The industrial transition reviews are the core activity of the Working Group. They follow the POINT methodology  that draws on expertise on system innovation and transition management, foresight, industrial policy and innovation governance. 
 
The reviews focus on an industrial theme of growing global importance suggested by the relevant territorial authorities, collect evidence from key stakeholders in the country and from broader international experiences and relevant literature, and support the development of adequate territorial responses that harness cross-portfolio complementarities and cross-stakeholder coordination.
 
Evidence collected from the reviews can further inform RIS3 design and implementation (e.g. refining or extending priorities, broadening the EDP, fostering synergies with other funding streams) as well as informing, and been informed by, industrial policies and other territorial strategies for economic and social development.
 
In each territory under review and for an industrial theme suggested by the authorities, the final outcome of the transition review is a report that will:
 
  • Map the affected orientation, resource mobilisation, production and consumption systems in the territory;
  • Document existing planning arrangements and directions of deliberate change of various stakeholders in the affected systems that could later form the basis for a broadly-supported transition vision;
  • Make concrete suggestions for the advancement of the transition and for managing its downsides by fostering alignment and coordination within government. Given the nature and magnitude of the transition challenge, adequate territorial responses will include not just research and innovation policies that are already part of RIS3, but also industrial and employment policies more generally, including provisions for education and skills, for complementary large public infrastructures (e.g. in energy, transport, waste), urban planning, fiscal policy and social security reform, among others. Therefore, the recommendations of the review will place a particular emphasis on fostering alignment and coordination within government.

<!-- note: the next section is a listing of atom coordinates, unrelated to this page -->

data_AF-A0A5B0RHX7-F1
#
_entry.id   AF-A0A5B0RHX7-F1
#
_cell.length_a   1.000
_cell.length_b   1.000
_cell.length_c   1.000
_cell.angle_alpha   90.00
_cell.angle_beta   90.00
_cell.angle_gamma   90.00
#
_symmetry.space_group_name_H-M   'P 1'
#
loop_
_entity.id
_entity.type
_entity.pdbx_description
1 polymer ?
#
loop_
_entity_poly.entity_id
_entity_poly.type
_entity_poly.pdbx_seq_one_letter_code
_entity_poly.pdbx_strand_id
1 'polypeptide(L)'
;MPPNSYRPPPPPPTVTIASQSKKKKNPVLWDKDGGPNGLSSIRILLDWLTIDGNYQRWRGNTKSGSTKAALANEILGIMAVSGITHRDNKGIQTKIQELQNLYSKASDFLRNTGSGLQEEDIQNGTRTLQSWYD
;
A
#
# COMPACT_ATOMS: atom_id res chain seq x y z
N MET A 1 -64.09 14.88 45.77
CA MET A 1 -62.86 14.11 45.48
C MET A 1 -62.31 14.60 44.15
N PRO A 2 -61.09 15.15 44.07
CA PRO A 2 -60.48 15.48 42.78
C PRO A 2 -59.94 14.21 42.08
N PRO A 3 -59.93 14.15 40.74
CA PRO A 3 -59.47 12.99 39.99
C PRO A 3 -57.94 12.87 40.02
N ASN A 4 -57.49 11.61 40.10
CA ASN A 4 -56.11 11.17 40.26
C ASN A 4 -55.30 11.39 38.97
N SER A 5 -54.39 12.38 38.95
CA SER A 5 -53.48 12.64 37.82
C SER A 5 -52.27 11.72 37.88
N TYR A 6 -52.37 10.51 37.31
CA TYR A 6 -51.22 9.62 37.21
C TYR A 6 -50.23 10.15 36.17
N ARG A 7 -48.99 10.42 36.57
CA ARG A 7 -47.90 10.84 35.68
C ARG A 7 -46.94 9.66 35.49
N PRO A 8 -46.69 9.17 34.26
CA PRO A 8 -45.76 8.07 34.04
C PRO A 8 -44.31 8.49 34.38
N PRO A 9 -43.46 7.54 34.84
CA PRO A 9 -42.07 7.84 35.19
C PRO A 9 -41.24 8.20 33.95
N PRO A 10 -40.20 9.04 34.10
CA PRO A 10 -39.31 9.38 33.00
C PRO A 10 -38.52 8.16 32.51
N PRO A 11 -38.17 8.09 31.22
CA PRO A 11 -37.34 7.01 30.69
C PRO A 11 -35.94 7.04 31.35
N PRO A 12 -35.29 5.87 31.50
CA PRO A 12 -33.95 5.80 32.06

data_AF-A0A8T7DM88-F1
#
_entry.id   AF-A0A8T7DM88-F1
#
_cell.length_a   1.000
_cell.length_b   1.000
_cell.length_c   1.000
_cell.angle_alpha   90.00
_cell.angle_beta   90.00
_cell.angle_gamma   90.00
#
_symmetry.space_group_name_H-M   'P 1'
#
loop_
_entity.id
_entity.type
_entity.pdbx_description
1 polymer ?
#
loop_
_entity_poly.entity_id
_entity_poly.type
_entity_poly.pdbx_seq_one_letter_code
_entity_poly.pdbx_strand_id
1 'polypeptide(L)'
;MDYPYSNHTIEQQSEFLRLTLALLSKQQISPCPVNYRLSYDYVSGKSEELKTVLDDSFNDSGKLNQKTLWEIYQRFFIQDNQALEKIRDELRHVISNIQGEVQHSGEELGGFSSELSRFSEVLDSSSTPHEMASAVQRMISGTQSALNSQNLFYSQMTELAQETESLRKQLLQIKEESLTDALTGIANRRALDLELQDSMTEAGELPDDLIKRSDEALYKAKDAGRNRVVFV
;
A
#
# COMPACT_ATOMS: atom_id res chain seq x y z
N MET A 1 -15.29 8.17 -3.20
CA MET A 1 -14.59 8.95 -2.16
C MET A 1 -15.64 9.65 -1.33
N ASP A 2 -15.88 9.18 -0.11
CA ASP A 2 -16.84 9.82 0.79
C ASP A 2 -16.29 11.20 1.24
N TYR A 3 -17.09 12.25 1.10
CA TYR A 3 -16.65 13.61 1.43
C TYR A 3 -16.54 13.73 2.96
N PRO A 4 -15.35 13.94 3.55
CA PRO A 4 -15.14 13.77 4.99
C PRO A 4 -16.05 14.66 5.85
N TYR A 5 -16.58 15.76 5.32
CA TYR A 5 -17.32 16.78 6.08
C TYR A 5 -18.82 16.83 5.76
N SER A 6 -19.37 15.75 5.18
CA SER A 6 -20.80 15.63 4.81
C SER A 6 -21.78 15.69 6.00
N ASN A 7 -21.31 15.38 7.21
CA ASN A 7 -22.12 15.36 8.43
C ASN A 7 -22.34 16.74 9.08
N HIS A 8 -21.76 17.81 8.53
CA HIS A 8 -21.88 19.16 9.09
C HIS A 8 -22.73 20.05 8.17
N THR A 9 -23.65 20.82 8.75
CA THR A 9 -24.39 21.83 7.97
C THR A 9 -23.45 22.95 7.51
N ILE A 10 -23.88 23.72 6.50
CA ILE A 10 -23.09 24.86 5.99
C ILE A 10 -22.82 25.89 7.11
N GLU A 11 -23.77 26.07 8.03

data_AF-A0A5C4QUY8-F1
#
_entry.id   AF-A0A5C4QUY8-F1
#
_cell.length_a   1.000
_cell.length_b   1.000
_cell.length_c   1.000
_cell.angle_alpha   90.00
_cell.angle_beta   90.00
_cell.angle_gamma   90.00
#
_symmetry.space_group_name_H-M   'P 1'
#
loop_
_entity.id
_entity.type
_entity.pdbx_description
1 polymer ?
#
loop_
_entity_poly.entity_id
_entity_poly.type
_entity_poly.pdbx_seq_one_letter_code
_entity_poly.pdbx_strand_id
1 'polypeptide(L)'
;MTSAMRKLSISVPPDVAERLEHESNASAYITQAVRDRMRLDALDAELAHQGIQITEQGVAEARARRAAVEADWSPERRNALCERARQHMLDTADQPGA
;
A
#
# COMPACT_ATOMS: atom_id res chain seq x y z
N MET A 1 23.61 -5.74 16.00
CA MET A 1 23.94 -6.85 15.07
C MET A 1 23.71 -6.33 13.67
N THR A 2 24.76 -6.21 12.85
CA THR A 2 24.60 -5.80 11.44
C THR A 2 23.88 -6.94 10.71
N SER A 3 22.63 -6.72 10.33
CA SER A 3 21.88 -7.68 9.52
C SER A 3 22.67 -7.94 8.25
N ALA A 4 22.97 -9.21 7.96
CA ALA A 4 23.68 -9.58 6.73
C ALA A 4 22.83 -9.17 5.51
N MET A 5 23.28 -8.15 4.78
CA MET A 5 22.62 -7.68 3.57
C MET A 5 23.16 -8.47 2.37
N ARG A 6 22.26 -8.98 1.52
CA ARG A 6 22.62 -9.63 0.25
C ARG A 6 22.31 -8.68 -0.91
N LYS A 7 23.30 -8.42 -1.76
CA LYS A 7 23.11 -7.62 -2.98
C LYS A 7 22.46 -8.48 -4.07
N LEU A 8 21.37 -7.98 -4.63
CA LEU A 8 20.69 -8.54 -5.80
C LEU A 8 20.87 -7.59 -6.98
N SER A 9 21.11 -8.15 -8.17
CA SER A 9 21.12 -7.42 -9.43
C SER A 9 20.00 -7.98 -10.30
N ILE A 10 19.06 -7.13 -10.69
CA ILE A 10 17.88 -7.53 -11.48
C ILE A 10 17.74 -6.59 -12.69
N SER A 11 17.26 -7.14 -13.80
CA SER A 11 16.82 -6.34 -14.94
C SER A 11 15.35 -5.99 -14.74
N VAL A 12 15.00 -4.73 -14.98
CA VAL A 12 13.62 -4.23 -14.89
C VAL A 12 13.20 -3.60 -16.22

More broadly, the reviews can be an input to a participatory process of stakeholder engagement leading to the development of credible positive visions for the future that can be the source of pride and inspiration for the region (or country) and a rallying point for the mobilisation of actors and resources from all levels.
 
See summaries of POINT Reviews below and full reports in the "Publications" section.

Countries and regions around the world are gearing up to make the industrial transitions that will be necessary to move towards sustainable production and consumption patterns. This report documents the findings of a review of industrial transition of Greece launched in 2019 in partnership with the Greek Ministry of Development and Investments, which follows the POINT (Projecting Opportunities for INdustrial Transitions) methodology of the JRC. The review explores some of the policy pathways that Greece might take as it moves from a dependence on fossil fuels to an economy that makes greater use of renewable sources of energy and exploits many of the opportunities that are arising in the production and use of batteries in the realms of transport and mobility, agriculture, shipping and defence. Sustainable energy and mobility will have a central role to play in maintaining (and restoring) Greece’s exceptional endowment in natural capital, which is the foundation for tourism and agro-food – two pillars of a still fragile Greek economy. Greece has at least some of the prerequisites to develop relevant industrial capabilities, namely large investments in human capital that have been sustained over many years; an internationally outstanding science base; pockets of relevant production capabilities; a positive momentum in foreign direct investment in recent years (albeit starting from a very low level), alignment of consumer demand with the direction of the transition and unprecedented EU financial support for the transition. Greece has innovation and production strengths in small, but dynamic production niches (notably parts of the value chains of renewables, batteries, small-scale shipbuilding and maintenance) operating within their respective internationally weak sectors.